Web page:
The Pilgrim Nuclear Power Station in Plymouth, which shut down after it lost power to its safety systems during the weekend snowstorm, once again has electricity, but it will remain out of commission while repair work is done on a leaky safety relief valve that caused a problem at the plant last month, federal regulatory officials said.
The power, provided by local utilities, returned at 12 a.m. Tuesday, according to a statement from the Nuclear Regulatory Commission.
“Our resident inspectors assigned to Pilgrim will continue to closely follow the repair work and other activities as the company plans to return the unit to service,” the commission statement said.
Pilgrim, which is owned by Entergy Corp. of Louisiana, first lost power Friday night when three offsite power lines were knocked out of service during the storm, according to regulatory filings and the NRC. The plant was taken offline, and diesel generators powered its safety systems. Electricity temporarily returned to the plant on Sunday morning, but went out again when plant operators believe a transformer was struck by falling ice.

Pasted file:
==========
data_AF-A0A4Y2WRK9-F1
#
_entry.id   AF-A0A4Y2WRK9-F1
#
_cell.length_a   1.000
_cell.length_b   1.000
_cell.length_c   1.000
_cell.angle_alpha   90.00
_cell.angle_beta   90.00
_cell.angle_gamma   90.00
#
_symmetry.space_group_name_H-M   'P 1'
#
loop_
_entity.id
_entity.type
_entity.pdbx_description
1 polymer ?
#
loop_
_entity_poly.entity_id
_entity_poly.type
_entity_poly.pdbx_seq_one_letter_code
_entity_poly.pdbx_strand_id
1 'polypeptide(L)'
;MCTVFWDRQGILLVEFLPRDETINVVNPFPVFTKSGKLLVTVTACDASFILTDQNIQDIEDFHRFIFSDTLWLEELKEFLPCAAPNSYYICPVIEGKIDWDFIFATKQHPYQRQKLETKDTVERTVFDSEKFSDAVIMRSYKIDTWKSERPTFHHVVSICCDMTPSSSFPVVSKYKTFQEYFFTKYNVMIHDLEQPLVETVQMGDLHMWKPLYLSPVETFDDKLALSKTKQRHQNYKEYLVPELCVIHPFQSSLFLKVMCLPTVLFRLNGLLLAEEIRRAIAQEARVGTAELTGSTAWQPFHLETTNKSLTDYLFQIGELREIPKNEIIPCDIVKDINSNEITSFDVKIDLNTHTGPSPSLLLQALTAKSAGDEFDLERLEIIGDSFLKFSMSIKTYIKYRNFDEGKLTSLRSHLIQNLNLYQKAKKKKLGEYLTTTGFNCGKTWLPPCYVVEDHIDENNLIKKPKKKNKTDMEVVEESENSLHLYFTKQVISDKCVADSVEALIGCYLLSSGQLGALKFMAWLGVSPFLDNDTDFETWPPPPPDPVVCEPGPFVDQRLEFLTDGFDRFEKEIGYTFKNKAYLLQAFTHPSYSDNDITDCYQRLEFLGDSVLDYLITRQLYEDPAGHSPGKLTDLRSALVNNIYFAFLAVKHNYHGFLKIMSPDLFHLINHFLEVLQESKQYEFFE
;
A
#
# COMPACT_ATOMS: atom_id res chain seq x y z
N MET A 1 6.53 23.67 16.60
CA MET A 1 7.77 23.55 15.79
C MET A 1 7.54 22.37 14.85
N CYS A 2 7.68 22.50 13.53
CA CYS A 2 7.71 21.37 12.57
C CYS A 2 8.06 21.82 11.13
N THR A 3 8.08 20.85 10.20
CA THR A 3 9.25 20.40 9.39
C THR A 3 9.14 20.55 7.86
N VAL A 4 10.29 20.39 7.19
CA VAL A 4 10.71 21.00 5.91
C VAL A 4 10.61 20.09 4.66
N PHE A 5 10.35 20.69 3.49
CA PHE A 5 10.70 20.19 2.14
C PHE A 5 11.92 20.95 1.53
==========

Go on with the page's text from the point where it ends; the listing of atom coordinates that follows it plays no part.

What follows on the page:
Entergy representatives did not comment. But Entergy spokeswoman Carol Wightman said Sunday that Pilgrim would only come back online once it had gone through testing and maintenance. She could not say when that would be.
Pilgrim’s current shutdown is its third this year. The first two — both in January — were caused by equipment issues at the plant.
The leaky safety valve now being repaired caused one of the January shutdowns. The other happened when the plant’s recirculation pumps, used to adjust power levels, stopped working.
Pilgrim, which began operating in 1972, was relicensed by the NRC last year. The license extends until 2032.